Parents love to track their children's growth — and with good reason. This development can be an important indicator of how their overall health is shaping up. But kids' growth isn't always steady. There will likely be periods of rapid growth and times when growth slows or even plateaus.
So, whether you're tracking your child's height on a wall or carefully jotting down measurements in a journal, how can you tell if their growth and development is on track, especially with regard to slowed growth?
According to Jennifer Williams, MPH, an Abbott pediatric scientist, there are several key indicators of healthy growth in kids. And the best way to make sure your child is hitting those is by providing good nutrition from day one.
What Constitutes Healthy Growth?
When a child is slow to grow or is experiencing a growth plateau, it's easy to get discouraged by the numbers. But inches and pounds aren't always indicative of optimal growth. In fact, healthy growth is measured by what's normal for your child. When your pediatrician measures your child's height and weight, they are looking for a consistent trend — not a magic number.
For instance, if your child has always been in the 25th percentile, there's no cause for concern as long as they stay on that curve of the growth chart. However, a sudden drop to the 10th percentile could be a red flag. And, even though we tend to focus on height, it's not always the most important indicator of healthy growth.
Related: Growth and Height Charts
"When a child is behind in growth early on, changes in weight are often the first clue," explains Williams. "But when there's chronic undernutrition, height can be affected, leading to slowed growth if a child is undernourished over long periods of time."
How Can Nutrition Affect Child Growth and Development?
Slowed growth can have far-reaching effects, such as impacting a child's activity levels, performance in school, and may even increase their risk for chronic diseases later in life. If you're worried your child's growth may be falling behind, take solace in knowing that many factors affect their size. The first is genetics. For instance, if you or your partner has a small build, it's likely — and perfectly normal — to have a child whose height and weight are below average.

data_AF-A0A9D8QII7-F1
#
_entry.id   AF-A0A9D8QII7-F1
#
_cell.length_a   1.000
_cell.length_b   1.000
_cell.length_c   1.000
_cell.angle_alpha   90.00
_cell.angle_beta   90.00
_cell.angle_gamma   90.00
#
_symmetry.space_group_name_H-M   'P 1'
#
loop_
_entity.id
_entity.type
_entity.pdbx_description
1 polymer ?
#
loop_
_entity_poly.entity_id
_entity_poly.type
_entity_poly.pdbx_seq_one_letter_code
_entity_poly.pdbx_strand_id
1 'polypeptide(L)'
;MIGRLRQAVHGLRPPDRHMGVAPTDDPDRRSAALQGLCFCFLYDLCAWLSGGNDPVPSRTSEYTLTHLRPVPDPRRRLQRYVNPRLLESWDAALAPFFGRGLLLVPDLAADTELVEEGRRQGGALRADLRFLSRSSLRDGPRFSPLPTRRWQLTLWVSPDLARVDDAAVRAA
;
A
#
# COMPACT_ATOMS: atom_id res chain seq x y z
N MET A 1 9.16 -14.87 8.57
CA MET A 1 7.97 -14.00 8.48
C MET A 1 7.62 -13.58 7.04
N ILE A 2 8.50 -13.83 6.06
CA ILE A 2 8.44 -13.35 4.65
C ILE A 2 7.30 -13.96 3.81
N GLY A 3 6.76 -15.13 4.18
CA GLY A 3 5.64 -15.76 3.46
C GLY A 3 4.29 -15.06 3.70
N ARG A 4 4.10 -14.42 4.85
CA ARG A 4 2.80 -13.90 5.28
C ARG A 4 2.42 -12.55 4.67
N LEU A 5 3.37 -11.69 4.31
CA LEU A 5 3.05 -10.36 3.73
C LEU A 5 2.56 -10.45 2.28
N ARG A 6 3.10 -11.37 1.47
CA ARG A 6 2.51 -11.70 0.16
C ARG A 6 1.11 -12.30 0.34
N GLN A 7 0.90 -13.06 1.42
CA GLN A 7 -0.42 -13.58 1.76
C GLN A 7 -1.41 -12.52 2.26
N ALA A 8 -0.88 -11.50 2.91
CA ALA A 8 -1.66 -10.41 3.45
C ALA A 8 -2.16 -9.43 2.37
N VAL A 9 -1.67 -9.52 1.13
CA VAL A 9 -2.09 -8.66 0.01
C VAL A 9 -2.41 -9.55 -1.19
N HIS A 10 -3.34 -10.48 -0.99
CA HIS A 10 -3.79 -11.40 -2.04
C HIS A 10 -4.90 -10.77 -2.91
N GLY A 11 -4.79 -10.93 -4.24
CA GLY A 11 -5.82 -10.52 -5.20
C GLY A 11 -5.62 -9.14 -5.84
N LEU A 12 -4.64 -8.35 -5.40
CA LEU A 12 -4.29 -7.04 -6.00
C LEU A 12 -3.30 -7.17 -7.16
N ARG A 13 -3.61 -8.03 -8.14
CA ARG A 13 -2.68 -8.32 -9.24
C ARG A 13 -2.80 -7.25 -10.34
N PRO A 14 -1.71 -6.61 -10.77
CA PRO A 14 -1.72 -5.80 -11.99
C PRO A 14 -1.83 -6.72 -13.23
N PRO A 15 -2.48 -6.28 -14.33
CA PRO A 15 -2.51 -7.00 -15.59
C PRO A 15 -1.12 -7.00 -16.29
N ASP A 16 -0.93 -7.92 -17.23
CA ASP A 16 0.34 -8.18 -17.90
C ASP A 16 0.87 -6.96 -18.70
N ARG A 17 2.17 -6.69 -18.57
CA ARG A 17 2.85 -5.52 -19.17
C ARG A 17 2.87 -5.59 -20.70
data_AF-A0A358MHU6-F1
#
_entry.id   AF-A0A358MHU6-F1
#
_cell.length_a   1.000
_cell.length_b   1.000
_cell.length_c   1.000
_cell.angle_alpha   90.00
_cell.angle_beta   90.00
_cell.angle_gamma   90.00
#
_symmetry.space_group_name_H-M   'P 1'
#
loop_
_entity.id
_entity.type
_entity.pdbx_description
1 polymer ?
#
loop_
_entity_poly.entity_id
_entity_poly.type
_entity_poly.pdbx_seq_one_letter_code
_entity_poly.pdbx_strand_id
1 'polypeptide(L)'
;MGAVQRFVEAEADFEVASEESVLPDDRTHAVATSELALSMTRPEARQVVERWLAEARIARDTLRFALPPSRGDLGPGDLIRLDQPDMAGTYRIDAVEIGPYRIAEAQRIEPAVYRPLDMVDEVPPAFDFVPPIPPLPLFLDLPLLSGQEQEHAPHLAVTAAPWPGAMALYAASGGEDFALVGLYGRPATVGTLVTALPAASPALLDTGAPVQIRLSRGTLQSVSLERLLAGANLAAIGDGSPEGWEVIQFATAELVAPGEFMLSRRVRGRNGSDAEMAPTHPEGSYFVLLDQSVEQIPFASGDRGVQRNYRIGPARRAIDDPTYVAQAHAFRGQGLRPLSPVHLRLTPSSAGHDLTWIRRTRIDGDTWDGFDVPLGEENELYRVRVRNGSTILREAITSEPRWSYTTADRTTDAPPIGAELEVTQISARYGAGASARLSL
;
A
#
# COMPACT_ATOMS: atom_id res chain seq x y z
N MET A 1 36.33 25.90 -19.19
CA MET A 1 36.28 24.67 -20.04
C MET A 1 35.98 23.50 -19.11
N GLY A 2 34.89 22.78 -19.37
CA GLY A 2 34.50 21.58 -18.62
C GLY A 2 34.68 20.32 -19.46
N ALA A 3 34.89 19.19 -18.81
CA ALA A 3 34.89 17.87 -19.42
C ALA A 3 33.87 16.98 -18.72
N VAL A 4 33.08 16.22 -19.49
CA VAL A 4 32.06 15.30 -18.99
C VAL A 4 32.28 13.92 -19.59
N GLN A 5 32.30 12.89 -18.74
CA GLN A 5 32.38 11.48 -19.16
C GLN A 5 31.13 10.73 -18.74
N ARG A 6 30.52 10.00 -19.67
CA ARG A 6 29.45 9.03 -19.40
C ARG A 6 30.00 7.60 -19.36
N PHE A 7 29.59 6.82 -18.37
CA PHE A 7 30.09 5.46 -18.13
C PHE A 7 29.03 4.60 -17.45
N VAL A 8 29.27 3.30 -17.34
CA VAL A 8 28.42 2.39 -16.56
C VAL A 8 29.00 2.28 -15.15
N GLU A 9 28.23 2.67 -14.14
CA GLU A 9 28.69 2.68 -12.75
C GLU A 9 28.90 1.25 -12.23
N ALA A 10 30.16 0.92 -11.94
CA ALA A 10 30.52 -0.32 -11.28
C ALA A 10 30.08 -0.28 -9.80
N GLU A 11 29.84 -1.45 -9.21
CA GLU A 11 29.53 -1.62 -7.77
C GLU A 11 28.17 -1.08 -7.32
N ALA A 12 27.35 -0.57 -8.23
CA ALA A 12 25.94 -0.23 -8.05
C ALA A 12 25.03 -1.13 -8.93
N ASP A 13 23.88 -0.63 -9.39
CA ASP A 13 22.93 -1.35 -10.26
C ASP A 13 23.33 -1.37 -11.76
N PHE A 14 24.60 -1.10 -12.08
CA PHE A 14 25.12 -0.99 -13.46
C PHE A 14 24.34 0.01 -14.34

Nutrition will also affect growth and development. To reach their full growth potential, children need to consume sufficient calories and key nutrients. While starting a nutritious diet during pregnancy is optimal for initial healthy child development, continuing after they're born can also make a big difference.
"When kids aren't getting enough calories, we really want them to learn to eat whole foods first. Give them the chance to develop those healthy habits by eating meals with the rest of the family, and then add in a nutrition shake for a snack, if needed."
Jennifer Williams, MPH, pediatric scientist, Abbott
Are Some Nutrients More Beneficial in a Growing Child's Diet?
Good nutrition can go a long way in supporting your child's growth but knowing where to start can be tough. Williams recommends beginning by taking a close look at how your child is eating, especially if you suspect they're lagging in growth.
"Are they eating what they've always been eating or has something changed? If you see that your child is eating poorly, or you know that they aren't getting all the nutrition they need because there are not eating a variety of foods, adding a complete and balanced nutrition shake like PediaSure® could help," she says.
When choosing a nutrition supplement between meals, look for one that provides quality calories as well as nutrients that are proven to support growth, such as:
For busy parents, putting nutritious meals on the table isn't always easy. But Williams emphasizes that nutrition shakes shouldn't be used in place of a meal — no matter how hectic life gets.